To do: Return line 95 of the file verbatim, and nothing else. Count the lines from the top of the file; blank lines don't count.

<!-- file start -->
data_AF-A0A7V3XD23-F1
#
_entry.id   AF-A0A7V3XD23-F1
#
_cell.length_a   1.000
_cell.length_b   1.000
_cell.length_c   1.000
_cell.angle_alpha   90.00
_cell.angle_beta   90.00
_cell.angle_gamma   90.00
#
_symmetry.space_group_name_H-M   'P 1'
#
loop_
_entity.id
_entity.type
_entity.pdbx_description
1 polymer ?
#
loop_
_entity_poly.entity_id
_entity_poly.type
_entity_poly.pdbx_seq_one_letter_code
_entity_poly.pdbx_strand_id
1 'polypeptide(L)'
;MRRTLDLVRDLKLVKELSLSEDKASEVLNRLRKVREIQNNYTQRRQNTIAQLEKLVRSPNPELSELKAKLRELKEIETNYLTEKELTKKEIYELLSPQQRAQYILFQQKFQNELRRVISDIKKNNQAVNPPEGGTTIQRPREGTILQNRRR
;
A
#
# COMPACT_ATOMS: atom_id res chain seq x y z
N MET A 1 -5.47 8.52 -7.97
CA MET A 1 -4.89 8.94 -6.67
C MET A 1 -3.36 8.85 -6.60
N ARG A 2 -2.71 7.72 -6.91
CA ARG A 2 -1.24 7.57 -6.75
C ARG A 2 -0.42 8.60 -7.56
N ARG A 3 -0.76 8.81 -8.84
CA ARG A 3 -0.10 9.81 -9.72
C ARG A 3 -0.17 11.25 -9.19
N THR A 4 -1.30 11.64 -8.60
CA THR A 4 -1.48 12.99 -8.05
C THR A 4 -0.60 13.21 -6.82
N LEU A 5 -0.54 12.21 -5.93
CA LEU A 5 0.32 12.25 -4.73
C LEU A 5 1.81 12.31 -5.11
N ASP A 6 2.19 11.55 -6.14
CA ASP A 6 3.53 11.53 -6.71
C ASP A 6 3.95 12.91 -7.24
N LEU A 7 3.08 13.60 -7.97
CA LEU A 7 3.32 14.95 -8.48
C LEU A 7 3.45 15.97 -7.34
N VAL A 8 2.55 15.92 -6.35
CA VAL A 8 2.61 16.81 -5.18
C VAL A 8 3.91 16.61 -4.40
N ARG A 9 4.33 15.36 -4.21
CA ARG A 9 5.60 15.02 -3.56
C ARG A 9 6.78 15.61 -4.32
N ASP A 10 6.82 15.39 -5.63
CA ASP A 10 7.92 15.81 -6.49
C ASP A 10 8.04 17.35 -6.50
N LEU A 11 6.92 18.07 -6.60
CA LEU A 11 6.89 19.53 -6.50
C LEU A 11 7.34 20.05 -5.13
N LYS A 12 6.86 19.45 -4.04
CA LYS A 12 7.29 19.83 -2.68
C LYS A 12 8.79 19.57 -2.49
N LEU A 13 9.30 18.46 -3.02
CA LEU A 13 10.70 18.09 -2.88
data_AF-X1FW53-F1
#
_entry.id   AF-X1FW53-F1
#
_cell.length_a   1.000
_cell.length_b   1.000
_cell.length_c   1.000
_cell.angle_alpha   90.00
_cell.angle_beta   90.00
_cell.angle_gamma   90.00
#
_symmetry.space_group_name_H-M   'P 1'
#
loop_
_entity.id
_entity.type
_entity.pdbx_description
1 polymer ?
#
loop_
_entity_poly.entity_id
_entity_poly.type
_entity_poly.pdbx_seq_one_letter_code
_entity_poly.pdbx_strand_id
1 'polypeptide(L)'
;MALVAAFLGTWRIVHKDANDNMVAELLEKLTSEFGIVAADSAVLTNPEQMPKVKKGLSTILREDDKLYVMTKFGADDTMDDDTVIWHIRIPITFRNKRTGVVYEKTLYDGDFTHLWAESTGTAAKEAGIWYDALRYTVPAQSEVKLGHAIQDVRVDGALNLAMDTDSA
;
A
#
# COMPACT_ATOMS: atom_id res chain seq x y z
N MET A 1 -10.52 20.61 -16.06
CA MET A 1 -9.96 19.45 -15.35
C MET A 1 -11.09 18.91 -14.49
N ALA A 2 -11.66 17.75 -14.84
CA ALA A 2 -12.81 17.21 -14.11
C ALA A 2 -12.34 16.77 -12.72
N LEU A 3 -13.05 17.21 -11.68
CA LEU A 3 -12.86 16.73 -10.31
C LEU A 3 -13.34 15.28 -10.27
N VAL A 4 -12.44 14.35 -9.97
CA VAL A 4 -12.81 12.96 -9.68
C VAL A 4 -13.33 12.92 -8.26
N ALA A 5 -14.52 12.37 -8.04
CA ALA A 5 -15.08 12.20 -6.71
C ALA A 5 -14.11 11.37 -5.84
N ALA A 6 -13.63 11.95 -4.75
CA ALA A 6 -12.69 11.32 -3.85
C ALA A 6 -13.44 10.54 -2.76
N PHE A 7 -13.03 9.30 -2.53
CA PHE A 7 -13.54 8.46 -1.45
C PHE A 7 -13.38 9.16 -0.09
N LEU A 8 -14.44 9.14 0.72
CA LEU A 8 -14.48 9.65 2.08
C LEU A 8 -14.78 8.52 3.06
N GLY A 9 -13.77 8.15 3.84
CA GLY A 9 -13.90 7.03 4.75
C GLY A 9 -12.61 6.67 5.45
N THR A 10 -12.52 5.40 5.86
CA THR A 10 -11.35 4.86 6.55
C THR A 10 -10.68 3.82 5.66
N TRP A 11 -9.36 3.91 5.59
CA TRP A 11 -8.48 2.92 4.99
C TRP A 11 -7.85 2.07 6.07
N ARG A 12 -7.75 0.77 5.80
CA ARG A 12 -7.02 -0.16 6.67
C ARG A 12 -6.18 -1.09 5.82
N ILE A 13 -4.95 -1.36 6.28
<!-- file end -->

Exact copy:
;